FOR A TIME economic contagion seemed more threatening than the pathological kind. Though the spread of covid-19 was mainly in China, the damage was appearing along supply chains that produce the world’s goods, notably cars and consumer electronics. China is the world’s second-biggest exporter of parts, so as its factories shut down, manufacturers everywhere faced delays. Even before the virus took off in South Korea, Hyundai had halted production because of a shortage of imported parts. The World Economic Forum (whose annual bash in Davos epitomises globalisation) advised companies to bring production closer to customers.
As the pandemic spread, location ceased to matter much. There was no escaping the disease: the world economy saw its deepest, most synchronised collapse on record. Some of the least globalised economic activities—restaurants, cinemas, fitness classes and other services—suffered most. More than goods, people stopped crossing borders; Davos 2021 was postponed. However, the supply-chain panic has left a lasting impression. For business, it is further evidence of the risks of distant disruption. For governments it offers more reasons to turn inward. The result is to accelerate changes to globalisation that were already in train.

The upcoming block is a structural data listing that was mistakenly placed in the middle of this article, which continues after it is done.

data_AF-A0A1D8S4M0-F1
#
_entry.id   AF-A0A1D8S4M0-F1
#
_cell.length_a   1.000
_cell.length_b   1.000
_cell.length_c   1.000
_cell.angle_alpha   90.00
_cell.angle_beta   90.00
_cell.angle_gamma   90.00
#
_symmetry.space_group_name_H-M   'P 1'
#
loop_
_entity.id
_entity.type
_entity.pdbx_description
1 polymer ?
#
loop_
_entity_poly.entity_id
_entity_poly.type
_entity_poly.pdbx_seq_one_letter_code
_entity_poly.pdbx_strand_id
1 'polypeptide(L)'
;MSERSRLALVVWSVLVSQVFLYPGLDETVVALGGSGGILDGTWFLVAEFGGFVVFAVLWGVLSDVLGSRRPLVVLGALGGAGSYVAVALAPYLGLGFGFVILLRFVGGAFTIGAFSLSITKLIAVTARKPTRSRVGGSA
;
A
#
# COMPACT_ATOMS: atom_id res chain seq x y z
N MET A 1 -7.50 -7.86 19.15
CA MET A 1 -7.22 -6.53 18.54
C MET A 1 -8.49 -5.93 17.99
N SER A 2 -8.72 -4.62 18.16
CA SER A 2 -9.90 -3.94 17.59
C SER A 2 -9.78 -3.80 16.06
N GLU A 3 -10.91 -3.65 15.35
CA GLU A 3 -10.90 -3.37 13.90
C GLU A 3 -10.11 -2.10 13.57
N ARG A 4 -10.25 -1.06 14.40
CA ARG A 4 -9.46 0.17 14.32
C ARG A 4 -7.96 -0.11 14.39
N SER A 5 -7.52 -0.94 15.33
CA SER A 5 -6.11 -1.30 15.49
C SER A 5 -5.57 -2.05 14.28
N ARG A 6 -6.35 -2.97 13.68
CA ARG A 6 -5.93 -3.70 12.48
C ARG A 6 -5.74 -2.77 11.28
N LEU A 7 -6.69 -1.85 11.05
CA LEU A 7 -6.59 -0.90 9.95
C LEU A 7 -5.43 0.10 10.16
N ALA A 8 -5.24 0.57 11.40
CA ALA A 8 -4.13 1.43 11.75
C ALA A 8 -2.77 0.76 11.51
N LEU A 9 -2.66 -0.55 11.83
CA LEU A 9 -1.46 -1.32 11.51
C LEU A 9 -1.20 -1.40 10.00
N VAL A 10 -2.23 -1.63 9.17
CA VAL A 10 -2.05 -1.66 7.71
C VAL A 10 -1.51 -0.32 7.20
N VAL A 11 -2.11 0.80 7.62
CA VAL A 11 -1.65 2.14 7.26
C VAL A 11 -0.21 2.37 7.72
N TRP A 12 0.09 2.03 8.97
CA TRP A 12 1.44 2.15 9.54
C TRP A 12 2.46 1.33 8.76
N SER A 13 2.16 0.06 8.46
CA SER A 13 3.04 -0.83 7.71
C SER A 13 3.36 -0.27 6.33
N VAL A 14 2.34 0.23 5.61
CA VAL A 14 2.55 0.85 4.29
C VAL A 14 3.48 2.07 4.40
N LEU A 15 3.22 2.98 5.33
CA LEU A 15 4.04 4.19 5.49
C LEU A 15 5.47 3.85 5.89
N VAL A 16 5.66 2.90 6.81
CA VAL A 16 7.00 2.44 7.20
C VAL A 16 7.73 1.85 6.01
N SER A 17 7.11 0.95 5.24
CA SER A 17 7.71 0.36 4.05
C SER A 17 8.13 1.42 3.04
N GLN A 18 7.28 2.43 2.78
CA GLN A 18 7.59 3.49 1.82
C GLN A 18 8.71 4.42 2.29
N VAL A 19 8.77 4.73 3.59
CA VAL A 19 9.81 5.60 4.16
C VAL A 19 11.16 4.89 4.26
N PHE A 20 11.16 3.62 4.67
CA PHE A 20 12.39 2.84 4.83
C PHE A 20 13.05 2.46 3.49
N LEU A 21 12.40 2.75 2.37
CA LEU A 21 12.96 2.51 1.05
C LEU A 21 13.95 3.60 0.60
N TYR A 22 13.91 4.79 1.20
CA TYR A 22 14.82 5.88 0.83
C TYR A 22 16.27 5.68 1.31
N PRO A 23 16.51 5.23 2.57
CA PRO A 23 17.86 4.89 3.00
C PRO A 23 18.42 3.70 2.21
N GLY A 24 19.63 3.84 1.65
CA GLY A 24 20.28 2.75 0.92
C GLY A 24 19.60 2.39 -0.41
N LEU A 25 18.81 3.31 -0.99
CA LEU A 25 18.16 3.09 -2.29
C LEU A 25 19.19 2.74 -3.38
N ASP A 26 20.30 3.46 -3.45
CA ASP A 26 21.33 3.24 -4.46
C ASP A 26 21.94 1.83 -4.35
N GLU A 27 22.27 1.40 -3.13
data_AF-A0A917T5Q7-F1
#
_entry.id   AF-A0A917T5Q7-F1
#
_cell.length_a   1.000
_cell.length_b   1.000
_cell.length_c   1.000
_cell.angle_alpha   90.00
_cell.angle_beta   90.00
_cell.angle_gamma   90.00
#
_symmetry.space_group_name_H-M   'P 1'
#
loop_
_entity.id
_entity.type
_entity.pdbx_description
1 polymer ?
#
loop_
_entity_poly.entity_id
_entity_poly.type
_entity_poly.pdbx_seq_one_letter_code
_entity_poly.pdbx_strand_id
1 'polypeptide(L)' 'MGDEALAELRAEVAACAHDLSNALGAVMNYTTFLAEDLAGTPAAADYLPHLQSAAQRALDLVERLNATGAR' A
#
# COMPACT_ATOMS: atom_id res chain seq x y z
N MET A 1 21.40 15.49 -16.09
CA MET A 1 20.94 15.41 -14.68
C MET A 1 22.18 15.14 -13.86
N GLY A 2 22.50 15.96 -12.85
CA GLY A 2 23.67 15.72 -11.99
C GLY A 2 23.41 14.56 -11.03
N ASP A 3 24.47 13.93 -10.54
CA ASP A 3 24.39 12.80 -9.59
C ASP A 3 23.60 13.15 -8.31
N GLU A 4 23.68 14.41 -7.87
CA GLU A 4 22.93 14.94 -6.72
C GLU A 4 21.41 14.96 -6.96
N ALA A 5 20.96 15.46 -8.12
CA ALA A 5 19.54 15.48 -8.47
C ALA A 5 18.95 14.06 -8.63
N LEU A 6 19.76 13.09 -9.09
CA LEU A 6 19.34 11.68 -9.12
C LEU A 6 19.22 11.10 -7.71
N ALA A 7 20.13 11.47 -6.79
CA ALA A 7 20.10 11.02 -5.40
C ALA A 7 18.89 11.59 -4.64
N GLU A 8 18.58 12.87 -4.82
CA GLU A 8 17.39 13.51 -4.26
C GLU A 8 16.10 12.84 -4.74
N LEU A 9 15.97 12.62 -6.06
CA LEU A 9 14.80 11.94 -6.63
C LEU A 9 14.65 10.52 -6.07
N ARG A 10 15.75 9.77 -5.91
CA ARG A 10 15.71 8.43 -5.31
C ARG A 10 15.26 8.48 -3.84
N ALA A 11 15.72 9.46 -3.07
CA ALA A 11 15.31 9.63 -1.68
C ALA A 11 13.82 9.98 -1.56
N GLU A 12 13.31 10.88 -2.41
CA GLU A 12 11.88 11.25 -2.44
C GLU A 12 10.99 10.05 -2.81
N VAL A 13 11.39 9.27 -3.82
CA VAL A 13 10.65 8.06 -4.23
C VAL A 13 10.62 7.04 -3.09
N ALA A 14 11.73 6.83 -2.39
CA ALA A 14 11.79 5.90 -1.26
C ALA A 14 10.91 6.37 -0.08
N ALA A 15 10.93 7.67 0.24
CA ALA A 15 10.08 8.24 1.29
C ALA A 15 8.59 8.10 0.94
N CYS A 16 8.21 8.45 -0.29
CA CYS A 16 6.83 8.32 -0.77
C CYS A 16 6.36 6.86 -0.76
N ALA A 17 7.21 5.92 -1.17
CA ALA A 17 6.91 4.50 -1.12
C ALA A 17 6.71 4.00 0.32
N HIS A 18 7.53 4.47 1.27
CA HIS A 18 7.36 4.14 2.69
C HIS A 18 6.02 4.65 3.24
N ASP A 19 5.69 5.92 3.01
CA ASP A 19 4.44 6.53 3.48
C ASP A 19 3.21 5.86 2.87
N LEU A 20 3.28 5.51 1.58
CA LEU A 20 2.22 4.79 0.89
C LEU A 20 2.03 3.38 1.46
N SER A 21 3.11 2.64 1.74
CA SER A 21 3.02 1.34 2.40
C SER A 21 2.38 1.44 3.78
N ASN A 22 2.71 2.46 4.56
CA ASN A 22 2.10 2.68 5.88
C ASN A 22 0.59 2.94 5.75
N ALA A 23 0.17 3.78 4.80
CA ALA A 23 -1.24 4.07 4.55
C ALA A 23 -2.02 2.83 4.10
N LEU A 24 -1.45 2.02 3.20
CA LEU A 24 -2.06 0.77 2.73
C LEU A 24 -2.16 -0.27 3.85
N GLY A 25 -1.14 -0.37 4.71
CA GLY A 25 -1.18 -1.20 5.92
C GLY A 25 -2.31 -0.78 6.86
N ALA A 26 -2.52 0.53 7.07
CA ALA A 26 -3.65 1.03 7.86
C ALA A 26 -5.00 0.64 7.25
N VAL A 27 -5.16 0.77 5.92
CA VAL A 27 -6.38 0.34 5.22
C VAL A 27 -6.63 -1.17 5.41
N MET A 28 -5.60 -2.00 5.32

Global supply chains were forged in the period from the mid-1980s until the financial crisis 25 years later. Trade surged in volume and changed in nature. It grew nearly twice as fast as global output, as emerging markets in Asia were bedded in to the world economy. After China joined the World Trade Organisation in 2001, its share of world exports of many parts and capital goods grew from under 10% to over 30%. Countries often specialised not in specific goods, but in bits of them. Taiwan, South Korea and Japan made semiconductors for the consumer-electronics industry. China supplied parts to German carmakers. The rise of computing made such complexity manageable. Globalisation brought cheaper goods to the rich world and, thanks to what Ben Bernanke, then Fed chairman, called a “global saving glut”, low interest rates. It also displaced many workers. Perhaps a million Americans lost their jobs to Chinese competition.